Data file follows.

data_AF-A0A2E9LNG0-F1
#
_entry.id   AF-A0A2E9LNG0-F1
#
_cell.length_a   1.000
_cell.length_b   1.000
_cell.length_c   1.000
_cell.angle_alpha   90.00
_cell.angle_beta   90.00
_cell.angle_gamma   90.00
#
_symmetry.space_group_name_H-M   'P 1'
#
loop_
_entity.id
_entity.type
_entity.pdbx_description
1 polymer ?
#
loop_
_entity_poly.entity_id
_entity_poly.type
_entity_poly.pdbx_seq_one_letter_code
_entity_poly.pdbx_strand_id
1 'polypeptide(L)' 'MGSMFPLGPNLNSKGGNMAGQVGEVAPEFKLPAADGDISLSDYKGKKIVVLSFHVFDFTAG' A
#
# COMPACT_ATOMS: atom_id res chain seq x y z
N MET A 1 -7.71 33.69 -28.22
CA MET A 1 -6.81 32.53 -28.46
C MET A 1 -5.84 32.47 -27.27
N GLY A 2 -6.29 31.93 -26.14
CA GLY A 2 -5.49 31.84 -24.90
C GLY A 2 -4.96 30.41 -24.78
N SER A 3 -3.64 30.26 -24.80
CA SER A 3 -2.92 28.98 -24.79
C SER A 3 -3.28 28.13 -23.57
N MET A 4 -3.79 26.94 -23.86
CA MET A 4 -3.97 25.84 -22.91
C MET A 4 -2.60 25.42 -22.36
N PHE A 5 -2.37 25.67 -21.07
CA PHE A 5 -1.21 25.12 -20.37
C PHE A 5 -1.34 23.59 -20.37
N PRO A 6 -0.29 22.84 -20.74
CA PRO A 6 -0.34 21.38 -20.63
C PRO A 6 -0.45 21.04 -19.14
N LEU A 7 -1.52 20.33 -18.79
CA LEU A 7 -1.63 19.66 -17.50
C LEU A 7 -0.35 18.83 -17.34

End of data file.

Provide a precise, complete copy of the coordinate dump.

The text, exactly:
data_AF-A0A2E9LNG0-F1
#
_entry.id   AF-A0A2E9LNG0-F1
#
_cell.length_a   1.000
_cell.length_b   1.000
_cell.length_c   1.000
_cell.angle_alpha   90.00
_cell.angle_beta   90.00
_cell.angle_gamma   90.00
#
_symmetry.space_group_name_H-M   'P 1'
#
loop_
_entity.id
_entity.type
_entity.pdbx_description
1 polymer ?
#
loop_
_entity_poly.entity_id
_entity_poly.type
_entity_poly.pdbx_seq_one_letter_code
_entity_poly.pdbx_strand_id
1 'polypeptide(L)' 'MGSMFPLGPNLNSKGGNMAGQVGEVAPEFKLPAADGDISLSDYKGKKIVVLSFHVFDFTAG' A
#
# COMPACT_ATOMS: atom_id res chain seq x y z
N MET A 1 -7.71 33.69 -28.22
CA MET A 1 -6.81 32.53 -28.46
C MET A 1 -5.84 32.47 -27.27
N GLY A 2 -6.29 31.93 -26.14
CA GLY A 2 -5.49 31.84 -24.90
C GLY A 2 -4.96 30.41 -24.78
N SER A 3 -3.64 30.26 -24.80
CA SER A 3 -2.92 28.98 -24.79
C SER A 3 -3.28 28.13 -23.57
N MET A 4 -3.79 26.94 -23.86
CA MET A 4 -3.97 25.84 -22.91
C MET A 4 -2.60 25.42 -22.36
N PHE A 5 -2.37 25.67 -21.07
CA PHE A 5 -1.21 25.12 -20.37
C PHE A 5 -1.34 23.59 -20.37
N PRO A 6 -0.29 22.84 -20.74
CA PRO A 6 -0.34 21.38 -20.63
C PRO A 6 -0.45 21.04 -19.14
N LEU A 7 -1.52 20.33 -18.79
CA LEU A 7 -1.63 19.66 -17.50
C LEU A 7 -0.35 18.83 -17.34